The Fender Telecaster has been around for 60 years, but I still think of it as the ultimate electric guitar, and if I could only have one guitar it would have to be a Telecaster. Of course I have a few guitars, but there is no good reason for me to have more than one Tele, and the one I have chosen to keep is this 1991 Fender Telecaster TL52-65SPL BLD. This is a guitar that was made by Fender’s Japanese subsidiary, and it is a copy of Keith Richard’s iconic Micawber guitar.
If you are not familiar with Keith’s guitar, it is a truly a one-of-a-kind, and mysteries about what parts were used to build it. It started out as a 1952 to 1954 (nobody is really sure of the year) butterscotch Fender Telecaster, and it has been routed at the neck for a humbucker, which is generally held to be a Gibson PAF. The pickup is installed backwards so that the pole pieces are closer to the bridge. The bridge pickup is from a Fender lap steel with only two mounting holes for the screws. I think he uses the stock 3-way switch configuration.
The bridge on Mr. Richard’s guitar is a six-saddle solid brass unit, probably from an old Schecter. The low E-string is left off, so the saddle has been taken off too. He tunes it to open G with 0.011, 0.015, 0.018, 0.030 and 0.042 gauge strings. The tuners have been replaced as well.
Supposedly he named his guitar after a character from Charles Dickens’ David Copperfield (the one that ended up in a debtor’s prison), believe it or not. Anyway, it seems like everybody out there has tried to build one of these, and the specs for them are all over the place, which seems like a good place to start talking about my guitar.
This one was built by the Fender Japan Custom Shop in 1991, as model TL52-65SPL BLD, so they chose to base their Micawber on a 1952 Telecaster spec. It has a white ash body with a light butterscotch blonde finish that allows the grain to show through. It has darkened over the last 21 years and gotten some bumps and bruises so it has a nice vintage vibe to it. It has a simple single-ply flat black pickguard.
They did not go for the early 1950s V profile, but rather with a chunky C profile neck with a 1950’s type spaghetti logo on the headstock. This one shows some honest wear to the fretboard, but there are still a few years left in the original frets. They chose to install Gotoh sealed back tuners, which work very well, but I am not sure how they match up with what is on the original guitar.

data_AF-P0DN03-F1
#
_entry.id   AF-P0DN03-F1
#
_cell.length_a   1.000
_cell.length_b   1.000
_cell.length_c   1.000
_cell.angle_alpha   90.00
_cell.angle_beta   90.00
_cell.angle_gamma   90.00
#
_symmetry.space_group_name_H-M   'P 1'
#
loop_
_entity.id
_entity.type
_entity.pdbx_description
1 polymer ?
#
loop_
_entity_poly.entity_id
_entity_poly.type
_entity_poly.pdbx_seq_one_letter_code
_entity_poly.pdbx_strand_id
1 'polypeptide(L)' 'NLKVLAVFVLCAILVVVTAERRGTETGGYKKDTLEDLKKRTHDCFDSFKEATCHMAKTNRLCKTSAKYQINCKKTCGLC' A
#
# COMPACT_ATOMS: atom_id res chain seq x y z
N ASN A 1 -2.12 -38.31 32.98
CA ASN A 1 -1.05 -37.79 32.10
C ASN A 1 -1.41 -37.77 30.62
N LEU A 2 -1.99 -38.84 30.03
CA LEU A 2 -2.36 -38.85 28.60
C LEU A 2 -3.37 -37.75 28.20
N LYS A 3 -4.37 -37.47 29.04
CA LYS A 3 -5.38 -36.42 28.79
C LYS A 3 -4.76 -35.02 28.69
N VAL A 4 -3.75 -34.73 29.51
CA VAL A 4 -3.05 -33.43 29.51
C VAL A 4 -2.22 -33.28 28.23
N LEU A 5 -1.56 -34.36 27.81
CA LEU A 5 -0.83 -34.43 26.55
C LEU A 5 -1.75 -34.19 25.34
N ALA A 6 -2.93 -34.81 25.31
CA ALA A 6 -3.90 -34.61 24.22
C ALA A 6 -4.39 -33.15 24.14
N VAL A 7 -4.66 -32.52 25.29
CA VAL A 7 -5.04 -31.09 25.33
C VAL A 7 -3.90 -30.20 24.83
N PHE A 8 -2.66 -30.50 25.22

The bridge is machined from a block of brass, with six solid brass saddles (one more than Keith’s). Of course, it makes a noticeable difference in the tone of the guitar. I was told that Gotoh makes this bridge, and I think you can buy one if you want to build your own tribute guitar.
The pickups are a Fender Dragster humbucker at the neck and a traditional vintage single coil at the bridge. I went ahead and turned the neck pickup around so the pole pieces are closer to the bridge; there was plenty of wire to do this without any problems. I would really like to try out a PAF re-issue to see how it changes to tone on this beast.
Fender’s Japanese subsidiary has a legendary quality reputation. This one has been played for a few decades, so the finish has dulled but it is still a solidly built guitar that will be around for another twenty years. It is awfully heavy for a Telecaster, coming in at around 9 ½ pounds, which makes it heavier than my Les Paul (amazingly enough).
It came to me with 0.009s, and it just did not sound right. I now have it set up in normal tuning with 0.010 Slinkies and it sounds and plays marvelously. The neck humbucker really provides a lot more body to the tone, but as I said earlier I would really like to see how a PAF sounds in this thing.
These were never imported to the US, so if you want one like this you will have to find one from a Japanese seller on eBay, or build your own.